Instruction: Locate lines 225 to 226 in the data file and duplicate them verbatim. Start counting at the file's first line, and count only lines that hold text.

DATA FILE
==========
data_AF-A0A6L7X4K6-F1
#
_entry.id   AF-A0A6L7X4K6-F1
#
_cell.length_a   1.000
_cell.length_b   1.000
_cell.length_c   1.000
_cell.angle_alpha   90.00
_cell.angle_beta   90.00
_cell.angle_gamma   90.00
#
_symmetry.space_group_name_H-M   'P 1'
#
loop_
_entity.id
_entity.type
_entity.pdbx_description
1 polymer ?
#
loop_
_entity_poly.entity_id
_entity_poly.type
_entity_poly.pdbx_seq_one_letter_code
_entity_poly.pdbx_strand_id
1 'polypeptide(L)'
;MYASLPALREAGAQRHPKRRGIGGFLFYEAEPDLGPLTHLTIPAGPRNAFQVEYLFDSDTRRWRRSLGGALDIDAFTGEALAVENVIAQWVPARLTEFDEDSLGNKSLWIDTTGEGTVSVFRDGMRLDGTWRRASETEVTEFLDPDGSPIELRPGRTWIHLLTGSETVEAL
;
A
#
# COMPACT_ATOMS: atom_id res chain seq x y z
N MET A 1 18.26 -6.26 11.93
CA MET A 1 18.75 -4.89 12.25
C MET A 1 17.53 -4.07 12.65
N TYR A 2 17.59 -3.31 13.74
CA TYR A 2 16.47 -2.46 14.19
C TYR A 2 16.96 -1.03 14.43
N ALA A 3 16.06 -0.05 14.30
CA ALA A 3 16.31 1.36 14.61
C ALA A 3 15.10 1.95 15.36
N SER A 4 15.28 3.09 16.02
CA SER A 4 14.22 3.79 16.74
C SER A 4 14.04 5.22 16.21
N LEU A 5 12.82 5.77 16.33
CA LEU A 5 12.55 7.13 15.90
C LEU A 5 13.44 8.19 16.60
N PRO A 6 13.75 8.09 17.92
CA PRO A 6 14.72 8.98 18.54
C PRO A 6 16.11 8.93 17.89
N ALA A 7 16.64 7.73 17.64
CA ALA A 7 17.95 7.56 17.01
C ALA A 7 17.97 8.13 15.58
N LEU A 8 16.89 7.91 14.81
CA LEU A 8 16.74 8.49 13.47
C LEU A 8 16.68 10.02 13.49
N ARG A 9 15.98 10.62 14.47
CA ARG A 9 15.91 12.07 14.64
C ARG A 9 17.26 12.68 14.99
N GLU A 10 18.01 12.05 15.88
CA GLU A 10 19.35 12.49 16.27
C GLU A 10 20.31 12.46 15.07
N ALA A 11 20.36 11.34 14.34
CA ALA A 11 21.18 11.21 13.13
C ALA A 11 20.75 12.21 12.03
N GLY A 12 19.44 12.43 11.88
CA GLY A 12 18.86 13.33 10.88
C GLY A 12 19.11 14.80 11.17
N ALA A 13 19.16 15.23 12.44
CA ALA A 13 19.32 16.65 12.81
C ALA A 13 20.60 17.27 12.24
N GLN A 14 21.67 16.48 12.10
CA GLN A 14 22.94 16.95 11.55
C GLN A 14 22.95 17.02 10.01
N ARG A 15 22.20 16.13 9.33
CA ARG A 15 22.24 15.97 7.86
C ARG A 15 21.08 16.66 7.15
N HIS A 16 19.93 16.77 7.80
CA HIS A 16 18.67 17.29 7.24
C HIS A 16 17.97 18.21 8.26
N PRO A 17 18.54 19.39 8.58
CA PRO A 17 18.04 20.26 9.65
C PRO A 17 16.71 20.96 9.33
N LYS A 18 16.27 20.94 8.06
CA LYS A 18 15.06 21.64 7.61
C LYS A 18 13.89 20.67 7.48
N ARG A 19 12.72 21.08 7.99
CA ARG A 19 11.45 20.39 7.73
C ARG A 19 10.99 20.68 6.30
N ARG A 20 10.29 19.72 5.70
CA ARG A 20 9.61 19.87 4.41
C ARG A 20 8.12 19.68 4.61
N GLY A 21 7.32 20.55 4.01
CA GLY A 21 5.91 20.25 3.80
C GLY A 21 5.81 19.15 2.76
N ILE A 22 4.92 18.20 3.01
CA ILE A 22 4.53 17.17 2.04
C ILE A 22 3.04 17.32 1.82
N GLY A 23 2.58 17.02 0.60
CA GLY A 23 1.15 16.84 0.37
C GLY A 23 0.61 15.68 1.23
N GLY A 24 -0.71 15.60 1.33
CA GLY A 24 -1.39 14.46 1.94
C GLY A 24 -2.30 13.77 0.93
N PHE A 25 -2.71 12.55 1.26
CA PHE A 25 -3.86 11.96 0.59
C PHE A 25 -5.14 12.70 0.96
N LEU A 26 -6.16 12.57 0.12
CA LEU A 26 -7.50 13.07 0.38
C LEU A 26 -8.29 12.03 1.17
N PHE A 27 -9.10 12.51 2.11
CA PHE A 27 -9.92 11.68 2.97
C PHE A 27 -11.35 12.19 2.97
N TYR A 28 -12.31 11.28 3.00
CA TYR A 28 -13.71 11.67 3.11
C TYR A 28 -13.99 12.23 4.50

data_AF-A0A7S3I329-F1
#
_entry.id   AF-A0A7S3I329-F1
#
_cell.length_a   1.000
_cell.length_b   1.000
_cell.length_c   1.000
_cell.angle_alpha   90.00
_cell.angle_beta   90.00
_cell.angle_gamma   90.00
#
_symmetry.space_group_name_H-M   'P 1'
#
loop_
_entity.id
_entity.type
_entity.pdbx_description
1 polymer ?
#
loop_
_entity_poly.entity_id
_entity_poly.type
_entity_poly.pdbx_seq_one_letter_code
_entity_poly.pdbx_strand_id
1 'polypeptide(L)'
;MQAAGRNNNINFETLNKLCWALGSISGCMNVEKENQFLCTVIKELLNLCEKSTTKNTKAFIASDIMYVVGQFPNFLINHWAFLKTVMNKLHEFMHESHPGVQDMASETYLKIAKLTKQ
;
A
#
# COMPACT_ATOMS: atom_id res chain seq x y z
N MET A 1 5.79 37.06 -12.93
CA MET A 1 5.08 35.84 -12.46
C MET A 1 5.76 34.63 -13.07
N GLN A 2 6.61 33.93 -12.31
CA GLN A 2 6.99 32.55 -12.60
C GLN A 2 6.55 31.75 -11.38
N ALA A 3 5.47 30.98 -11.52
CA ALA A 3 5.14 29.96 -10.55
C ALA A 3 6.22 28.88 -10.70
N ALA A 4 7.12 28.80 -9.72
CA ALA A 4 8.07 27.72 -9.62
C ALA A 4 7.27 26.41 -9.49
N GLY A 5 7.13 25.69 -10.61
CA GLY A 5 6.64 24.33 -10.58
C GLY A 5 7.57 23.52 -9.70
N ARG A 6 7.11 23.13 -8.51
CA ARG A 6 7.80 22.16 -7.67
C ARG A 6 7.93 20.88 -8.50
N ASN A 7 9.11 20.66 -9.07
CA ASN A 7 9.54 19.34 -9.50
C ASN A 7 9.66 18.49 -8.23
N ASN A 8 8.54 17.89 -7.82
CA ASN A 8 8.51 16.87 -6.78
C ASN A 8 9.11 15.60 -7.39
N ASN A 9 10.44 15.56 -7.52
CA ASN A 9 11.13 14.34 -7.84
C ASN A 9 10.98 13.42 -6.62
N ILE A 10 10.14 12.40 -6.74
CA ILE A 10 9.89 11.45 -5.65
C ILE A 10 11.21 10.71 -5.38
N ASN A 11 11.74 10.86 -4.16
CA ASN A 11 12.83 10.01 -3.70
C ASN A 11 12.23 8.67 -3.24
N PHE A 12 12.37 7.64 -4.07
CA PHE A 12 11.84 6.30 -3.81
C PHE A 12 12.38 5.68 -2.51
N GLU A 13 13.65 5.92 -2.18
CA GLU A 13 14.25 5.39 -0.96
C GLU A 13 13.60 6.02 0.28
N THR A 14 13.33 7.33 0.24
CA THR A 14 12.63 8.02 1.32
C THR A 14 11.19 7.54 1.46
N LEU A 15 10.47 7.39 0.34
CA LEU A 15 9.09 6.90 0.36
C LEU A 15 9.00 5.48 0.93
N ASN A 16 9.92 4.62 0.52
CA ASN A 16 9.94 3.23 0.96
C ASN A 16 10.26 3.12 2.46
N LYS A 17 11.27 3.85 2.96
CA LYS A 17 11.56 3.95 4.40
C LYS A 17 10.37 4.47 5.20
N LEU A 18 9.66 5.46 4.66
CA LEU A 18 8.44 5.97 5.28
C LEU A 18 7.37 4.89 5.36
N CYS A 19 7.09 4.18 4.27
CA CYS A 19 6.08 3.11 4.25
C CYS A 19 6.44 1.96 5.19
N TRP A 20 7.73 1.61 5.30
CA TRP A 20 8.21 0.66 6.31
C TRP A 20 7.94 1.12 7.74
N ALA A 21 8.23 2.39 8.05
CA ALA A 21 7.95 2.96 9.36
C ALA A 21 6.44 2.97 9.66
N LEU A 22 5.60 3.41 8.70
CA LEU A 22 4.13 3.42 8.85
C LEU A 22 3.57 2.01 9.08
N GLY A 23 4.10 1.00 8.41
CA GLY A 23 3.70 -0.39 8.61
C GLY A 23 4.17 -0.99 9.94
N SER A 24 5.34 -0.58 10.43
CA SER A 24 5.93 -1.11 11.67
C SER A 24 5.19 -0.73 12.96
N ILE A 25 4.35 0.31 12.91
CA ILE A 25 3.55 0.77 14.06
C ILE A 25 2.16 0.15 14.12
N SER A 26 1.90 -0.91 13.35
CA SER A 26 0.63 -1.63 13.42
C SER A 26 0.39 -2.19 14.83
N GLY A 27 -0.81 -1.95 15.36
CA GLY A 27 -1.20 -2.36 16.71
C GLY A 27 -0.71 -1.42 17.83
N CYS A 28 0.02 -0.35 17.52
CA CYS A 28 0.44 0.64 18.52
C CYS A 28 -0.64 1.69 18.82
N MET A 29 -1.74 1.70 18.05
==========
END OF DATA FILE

C GLY A 27 -0.71 -1.42 17.83
N CYS A 28 0.02 -0.35 17.52